These historic Delaware newspapers do not only tell the story of the first Thanksgiving. Many of the local gossip or personal columns detail which families are traveling to spend Thanksgiving with distant relatives and which families are hosting distant relatives for Thanksgiving here in Delaware. Thanksgiving was a well-traveled holiday a century ago just as it is today!


To search more Delaware newspapers for Thanksgiving stories, visit the Chronicling America database.

Historical Armistice Day

by David Cardillo, DDNP Staff

Armistice Day, November 11th, was originally intended to celebrate the end of the War to End All Wars, known currently as World War I, while honoring the veterans of that war.

The first such celebration in Newark, Delaware, unfortunately, was a bit of a wash. Literally. According to The Newark Post of November 12, 1919, the weather did not cooperate and the rain forced the organizers to cancel the parade scheduled for that day, hinting that it would be rescheduled.

Most Americans today will recognize November 11th as Veteran’s Day. However, it wasn’t until 1954 that Armistice Day was changed to “Veteran’s Day” by President Eisenhower. This decision came in aftermath of World War II and the Korean War, with the intention of honoring all veterans. Nevertheless, The Middletown Transcript of November 18, 1922 shows that living veterans of any war participated in the day’s events long before the change was made.

External source: US Department of Veterans Affairs

Fall Back Controversy

Have you felt a bit differently for the past two days? 

Most Americans, with the exception of a handful of states and territories, turned their clocks back one hour Sunday morning, November 5, 2017. Although we awaken to a brighter morning, this time of year takes one hour of daylight away from our already shortening evenings. Some people like the extra hour of sleep in the mornings while others grumble about the inconvenience of an earlier sunset during this annual disruption.

Daylight savings time (DST) dates back to 1918, and the disagreement about its usefulness is not a new topic of discussion in Delaware. In one article from the Newark Post from June 7, 1922, New Castle County residents claimed DST was a great disservice to farmers and “detrimental to the health and happiness of children.” Nevertheless, DST continues in Delaware to this day, and the grumblings continue.

For more stories on historical stories of the beginnings of DST, visit Chronicling America.

Women’s Suffrage – 1914

by David Cardillo, DDNP Staff

The Newark Post, on November 11, 1914 contained an editorial, detailing the positive political and social results of allowing women to vote. Among the improvements were an increase in the age at which children could legally work, reducing gambling, expanding pension programs, and so on. As shown in the snippet of an article here, women voters, and thus women active in politics, may have started many of the labor benefits we enjoy today.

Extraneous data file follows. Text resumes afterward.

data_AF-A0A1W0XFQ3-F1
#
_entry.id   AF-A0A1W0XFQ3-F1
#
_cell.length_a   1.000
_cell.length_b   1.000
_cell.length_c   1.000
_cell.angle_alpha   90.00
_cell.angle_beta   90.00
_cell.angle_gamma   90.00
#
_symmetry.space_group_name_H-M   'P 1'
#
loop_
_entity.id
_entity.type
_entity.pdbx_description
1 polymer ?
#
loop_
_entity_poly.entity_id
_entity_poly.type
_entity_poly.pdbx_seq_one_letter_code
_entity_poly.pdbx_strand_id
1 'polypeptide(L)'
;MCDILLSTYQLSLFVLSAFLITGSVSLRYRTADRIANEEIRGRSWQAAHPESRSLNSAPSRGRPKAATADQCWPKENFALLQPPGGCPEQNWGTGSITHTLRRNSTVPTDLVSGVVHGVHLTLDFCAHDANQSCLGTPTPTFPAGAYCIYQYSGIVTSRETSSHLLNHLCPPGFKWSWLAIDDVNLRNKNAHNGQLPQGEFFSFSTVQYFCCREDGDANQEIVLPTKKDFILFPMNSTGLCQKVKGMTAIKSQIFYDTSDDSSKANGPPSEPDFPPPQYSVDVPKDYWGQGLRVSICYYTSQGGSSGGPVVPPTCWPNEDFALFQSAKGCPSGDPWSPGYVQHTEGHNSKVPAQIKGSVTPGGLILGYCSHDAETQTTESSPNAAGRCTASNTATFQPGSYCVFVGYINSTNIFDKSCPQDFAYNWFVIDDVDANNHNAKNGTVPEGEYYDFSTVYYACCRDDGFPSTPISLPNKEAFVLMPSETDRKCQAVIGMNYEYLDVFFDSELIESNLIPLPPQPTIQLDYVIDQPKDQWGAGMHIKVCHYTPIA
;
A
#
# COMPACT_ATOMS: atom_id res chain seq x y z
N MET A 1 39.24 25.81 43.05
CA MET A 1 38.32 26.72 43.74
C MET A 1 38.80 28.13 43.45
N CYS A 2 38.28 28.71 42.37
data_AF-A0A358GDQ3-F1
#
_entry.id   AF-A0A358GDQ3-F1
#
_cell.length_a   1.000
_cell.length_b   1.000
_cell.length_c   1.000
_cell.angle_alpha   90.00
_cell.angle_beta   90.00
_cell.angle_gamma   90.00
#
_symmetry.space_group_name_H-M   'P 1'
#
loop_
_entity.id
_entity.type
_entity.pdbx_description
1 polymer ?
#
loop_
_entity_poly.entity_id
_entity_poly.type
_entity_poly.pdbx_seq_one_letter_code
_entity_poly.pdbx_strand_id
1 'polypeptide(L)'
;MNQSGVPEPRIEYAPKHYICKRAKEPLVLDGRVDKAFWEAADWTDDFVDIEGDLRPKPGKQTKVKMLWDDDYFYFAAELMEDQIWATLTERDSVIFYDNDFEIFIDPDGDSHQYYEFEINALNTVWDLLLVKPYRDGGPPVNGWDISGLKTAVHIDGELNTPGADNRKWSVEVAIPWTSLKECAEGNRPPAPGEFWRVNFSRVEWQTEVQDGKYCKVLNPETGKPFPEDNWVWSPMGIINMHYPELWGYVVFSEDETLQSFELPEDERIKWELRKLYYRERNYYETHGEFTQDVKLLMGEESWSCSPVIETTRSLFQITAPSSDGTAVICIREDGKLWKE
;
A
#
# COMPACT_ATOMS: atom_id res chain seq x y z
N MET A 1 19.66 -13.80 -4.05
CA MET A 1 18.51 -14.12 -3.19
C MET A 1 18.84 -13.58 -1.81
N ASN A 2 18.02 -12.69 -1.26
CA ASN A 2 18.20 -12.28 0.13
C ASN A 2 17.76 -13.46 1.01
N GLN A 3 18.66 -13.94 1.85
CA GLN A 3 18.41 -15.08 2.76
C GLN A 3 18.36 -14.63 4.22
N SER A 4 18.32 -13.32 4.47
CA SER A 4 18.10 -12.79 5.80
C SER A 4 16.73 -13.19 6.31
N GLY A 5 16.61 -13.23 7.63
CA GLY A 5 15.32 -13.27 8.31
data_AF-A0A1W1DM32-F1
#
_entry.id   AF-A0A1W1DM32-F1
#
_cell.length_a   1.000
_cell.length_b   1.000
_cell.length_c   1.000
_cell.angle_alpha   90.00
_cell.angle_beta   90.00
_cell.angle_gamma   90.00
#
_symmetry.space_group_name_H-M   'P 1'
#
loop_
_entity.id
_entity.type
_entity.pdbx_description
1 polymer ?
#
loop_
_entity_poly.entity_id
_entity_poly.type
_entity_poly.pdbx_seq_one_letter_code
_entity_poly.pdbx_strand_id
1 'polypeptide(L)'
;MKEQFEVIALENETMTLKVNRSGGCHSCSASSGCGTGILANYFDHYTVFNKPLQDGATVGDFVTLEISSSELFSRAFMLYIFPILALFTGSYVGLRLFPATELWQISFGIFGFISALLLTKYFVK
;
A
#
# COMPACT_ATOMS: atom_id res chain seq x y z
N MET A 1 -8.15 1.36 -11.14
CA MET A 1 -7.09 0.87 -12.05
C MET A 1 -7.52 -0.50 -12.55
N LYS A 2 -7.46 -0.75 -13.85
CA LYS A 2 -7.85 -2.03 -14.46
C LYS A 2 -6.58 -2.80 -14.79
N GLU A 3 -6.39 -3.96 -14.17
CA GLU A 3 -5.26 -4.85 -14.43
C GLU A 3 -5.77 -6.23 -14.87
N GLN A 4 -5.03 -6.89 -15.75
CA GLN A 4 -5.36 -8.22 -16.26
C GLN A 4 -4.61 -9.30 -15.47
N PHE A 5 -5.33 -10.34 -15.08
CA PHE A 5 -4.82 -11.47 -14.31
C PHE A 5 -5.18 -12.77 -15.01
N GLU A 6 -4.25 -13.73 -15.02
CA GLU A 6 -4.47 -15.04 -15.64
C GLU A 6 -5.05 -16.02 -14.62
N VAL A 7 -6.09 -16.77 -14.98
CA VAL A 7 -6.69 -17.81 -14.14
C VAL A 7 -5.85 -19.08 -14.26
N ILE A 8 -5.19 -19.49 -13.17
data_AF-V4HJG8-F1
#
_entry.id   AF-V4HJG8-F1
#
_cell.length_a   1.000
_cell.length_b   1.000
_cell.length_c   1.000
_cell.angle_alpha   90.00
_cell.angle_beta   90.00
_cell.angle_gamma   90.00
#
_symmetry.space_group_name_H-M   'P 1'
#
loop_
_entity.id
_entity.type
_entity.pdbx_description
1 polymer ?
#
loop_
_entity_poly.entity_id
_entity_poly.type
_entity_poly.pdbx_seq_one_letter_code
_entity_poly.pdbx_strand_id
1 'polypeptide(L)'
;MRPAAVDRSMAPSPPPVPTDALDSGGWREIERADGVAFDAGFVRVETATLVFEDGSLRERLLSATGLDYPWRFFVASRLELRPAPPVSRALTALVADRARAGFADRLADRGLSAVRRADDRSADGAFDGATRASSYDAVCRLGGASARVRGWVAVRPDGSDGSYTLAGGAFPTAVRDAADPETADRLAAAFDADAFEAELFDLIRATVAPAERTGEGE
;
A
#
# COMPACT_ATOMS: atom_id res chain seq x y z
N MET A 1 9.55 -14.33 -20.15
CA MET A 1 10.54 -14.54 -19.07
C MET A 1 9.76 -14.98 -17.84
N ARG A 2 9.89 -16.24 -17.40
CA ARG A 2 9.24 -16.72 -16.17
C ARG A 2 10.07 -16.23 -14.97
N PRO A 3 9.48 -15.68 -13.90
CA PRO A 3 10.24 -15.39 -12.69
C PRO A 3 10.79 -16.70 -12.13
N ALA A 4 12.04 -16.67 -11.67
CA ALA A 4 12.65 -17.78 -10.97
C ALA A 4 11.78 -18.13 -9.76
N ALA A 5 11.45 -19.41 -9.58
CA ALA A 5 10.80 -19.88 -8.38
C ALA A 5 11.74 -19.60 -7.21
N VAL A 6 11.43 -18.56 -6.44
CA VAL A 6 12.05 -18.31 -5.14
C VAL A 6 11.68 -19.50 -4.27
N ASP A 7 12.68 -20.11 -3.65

The article also mentions the struggle for suffrage and equality in other states, such as California, decrying equality a “menace” and Ohio claiming that only ten percent of women wanted the right to vote, when the statistics presented showed a much higher, majority of women wanting the right to make their voices heard in politics.

Read more about the history of women’s suffrage in newspapers from across the country in Chronicling America.

Halloween Parties!

by David Cardillo, DDNP Staff


The tradition of holding and attending Halloween parties is one that goes back at least a century. The Middletown Transcript, one of the papers from Delaware that has been digitized as part of the National Digital Newspaper Project and can be found and searched on the Library of Congress’ Chronicling America site, reports regularly on the more popular parties, which included dancing, bobbing for apples, and costume contests where people were so well disguised that fellow townspeople could not recognize their neighbors until they unmasked themselves.

There was also a plethora of creative costumes depicting more abstract concepts. Examples can be seen in this article from The Middletown Transcript, November 10, 1910, page 3.

The same issue of The Middletown Transcript mentions several other parties. One social had a theme of witches, where guests arrived to a decorated house, directed to “go up,” and were greeted by people costumed as witches who then told “fortunes,” and held drawing contests.

Unfortunately, there are no photographs or drawings of these events, even in articles in the early 1900s. Nevertheless, the journalists reporting on these social events seem to provide detailed descriptions of the attendees, their costumes, and the decorations. It is rather impressive how many Halloween traditions have continued for over a century, if not longer.

Happy Microfilm Day!

We just received our batch of microfilm for our 2017/2019 grant cycle — 84 reels of Evening Journal (1888-1922).

The next cycle begins…